—What was argued in 2019 was that “without Cristina it cannot be done, but with Cristina it is not enough”. Does it hold in 2023 or will there be Cristina’s signifiers, such as Máximo Kirchner or Axel Kicillof?
—I have a very critical view of the presidents of Argentina who attempted reelection processes. Carlos Menem would have been a president with much better recognition if he had left in 1995. Cristina would have been highly recognized if he had left in 2011. There is a crush on power. It seems to be magical. It prevents them from seeing beyond. In reality, the situation does not matter, but how the story recognizes you. The idea that the president takes office and becomes a lame duck that will leave in four years did not allow us to have a president who makes lasting decisions. Cristina is an example of enormous selfishness on the part of politics. And of not being able to generate their own relief. Juan Perón spoke that each political leader has the obligation to generate his own replacement.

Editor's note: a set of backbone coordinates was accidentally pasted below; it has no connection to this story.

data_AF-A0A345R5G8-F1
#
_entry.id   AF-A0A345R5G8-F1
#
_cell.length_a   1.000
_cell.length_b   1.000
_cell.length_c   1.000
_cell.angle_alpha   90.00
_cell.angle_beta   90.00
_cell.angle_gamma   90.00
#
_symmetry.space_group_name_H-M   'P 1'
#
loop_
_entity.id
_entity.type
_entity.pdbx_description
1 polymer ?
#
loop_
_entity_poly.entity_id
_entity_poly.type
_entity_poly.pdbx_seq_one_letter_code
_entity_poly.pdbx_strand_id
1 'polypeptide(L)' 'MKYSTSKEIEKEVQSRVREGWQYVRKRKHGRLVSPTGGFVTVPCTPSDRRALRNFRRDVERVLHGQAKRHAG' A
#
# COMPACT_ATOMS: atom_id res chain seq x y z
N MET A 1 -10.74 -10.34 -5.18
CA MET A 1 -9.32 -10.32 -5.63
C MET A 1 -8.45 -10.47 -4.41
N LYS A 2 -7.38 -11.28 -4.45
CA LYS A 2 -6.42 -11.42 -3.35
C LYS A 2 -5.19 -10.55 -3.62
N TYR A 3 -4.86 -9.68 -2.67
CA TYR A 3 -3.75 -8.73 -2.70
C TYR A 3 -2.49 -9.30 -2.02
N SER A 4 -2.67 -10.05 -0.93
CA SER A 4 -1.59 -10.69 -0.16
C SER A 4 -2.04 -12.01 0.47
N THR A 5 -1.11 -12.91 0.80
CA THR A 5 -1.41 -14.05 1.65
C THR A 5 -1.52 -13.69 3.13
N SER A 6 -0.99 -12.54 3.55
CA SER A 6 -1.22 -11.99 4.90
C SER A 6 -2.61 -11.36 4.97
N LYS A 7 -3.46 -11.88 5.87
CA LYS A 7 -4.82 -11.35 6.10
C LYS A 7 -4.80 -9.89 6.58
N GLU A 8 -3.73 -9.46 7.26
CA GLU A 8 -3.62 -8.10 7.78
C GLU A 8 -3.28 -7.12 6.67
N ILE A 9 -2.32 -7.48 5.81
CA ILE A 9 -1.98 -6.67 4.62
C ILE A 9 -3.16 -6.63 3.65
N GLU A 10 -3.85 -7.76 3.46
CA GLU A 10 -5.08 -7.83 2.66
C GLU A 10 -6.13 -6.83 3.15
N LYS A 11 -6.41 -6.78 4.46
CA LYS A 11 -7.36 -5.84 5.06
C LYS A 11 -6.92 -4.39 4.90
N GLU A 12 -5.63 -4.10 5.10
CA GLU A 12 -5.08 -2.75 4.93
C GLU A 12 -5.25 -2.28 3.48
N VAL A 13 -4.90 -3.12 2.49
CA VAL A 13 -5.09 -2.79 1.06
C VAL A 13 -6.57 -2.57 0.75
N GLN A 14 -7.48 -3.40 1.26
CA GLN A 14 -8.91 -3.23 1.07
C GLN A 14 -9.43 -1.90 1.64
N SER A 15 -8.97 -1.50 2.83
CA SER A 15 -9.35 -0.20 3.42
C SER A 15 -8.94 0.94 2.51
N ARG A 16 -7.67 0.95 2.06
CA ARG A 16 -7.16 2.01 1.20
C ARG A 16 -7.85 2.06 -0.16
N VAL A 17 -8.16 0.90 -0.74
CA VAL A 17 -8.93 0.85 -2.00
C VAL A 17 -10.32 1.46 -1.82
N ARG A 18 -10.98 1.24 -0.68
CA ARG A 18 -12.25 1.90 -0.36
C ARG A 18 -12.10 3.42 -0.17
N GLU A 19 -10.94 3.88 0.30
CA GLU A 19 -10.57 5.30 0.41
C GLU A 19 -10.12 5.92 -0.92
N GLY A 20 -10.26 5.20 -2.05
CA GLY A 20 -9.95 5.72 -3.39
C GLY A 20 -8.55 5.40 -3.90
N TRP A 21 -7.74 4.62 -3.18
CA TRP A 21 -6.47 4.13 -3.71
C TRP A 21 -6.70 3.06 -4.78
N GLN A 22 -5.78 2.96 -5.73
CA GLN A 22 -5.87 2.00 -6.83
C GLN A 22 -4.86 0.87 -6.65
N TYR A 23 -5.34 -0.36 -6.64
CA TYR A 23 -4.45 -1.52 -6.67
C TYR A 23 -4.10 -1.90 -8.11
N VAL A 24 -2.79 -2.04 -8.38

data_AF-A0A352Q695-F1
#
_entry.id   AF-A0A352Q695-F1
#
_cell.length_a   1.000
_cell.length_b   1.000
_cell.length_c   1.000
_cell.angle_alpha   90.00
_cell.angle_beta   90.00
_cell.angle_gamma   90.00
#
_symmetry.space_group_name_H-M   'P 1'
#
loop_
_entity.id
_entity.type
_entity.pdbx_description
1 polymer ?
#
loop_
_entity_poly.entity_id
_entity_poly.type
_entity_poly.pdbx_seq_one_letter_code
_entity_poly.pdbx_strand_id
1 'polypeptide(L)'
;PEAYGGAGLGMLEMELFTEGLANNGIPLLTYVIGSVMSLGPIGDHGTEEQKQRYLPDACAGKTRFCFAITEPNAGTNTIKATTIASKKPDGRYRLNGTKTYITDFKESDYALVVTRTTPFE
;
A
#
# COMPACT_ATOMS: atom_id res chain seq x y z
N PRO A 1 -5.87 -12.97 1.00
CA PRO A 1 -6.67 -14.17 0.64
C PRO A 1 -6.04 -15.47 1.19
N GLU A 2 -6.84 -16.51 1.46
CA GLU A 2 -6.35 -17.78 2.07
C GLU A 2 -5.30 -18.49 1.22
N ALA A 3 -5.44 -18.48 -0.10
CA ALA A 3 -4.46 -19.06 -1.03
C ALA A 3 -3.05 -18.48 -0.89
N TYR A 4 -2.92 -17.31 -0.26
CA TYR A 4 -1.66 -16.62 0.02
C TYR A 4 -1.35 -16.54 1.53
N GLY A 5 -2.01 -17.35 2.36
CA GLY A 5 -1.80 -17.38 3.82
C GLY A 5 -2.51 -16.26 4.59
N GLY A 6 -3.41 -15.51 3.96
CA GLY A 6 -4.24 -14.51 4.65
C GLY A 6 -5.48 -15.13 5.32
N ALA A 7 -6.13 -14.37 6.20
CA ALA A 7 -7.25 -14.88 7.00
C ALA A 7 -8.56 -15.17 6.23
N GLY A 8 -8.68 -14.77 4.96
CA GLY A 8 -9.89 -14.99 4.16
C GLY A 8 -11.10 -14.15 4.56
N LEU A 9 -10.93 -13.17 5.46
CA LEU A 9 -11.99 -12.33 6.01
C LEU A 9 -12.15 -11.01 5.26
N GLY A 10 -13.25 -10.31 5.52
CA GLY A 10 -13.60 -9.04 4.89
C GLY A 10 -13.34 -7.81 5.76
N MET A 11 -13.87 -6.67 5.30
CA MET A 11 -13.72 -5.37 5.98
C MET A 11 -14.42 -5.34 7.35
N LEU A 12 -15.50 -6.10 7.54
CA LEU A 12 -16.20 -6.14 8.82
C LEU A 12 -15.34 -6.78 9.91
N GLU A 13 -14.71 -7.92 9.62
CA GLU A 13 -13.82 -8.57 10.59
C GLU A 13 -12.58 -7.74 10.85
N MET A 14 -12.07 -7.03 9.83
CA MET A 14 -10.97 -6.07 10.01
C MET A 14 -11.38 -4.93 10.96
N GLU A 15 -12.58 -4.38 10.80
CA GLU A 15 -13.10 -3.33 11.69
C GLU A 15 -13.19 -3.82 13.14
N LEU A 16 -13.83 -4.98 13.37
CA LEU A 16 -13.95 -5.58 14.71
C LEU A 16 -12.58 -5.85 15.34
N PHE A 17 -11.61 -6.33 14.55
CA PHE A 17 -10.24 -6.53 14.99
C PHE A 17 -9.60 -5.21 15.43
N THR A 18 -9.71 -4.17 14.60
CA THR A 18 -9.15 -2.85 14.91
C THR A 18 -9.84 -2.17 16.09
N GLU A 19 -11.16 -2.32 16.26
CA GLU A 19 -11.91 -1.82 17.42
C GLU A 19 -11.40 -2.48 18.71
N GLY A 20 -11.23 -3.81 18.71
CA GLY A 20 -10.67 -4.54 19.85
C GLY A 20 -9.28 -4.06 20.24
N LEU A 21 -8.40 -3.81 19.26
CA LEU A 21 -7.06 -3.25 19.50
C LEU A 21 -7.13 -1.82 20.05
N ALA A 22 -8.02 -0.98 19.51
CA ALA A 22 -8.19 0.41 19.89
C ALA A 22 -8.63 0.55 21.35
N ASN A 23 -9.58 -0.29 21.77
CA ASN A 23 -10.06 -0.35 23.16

—But the first status you speak of is the bureaucracy to be perpetuated. If there is a winning candidate, the requirement is that he continue, so the others remain.
“The theme is the result of that.” And it’s lousy. Here data kills story: Argentina is a country that has not grown for ten years. It has alarming unemployment and poverty. If it doesn’t solve that, politics is useless.
—You said that “Argentina has been wandering the way for years because data kills stories.” In this same series, a short time ago, the historian Ernesto Semán said that both the Peronism of the first years, that is, 1945, and the first Kirchnerism put emphasis not only on redistribution, but also on the construction of a narrative. Can there be Peronism without a story?
“It’s hard for me to think about it because I’m too pragmatic.” Data can be constructed with a story to the extent that the story responds to the data. To the extent that the story is divorced from the data, sooner or later it ends badly. This is what happens in Argentina. There is a story that does not match the data. A progressive account of the reality of retirees who earn $ 120, compared to seven out of ten poor children in Greater Buenos Aires, about an economy that has not grown for ten years, about public services of very poor quality in terms of education .
—When the data diverges so much from the story, are the elections lost?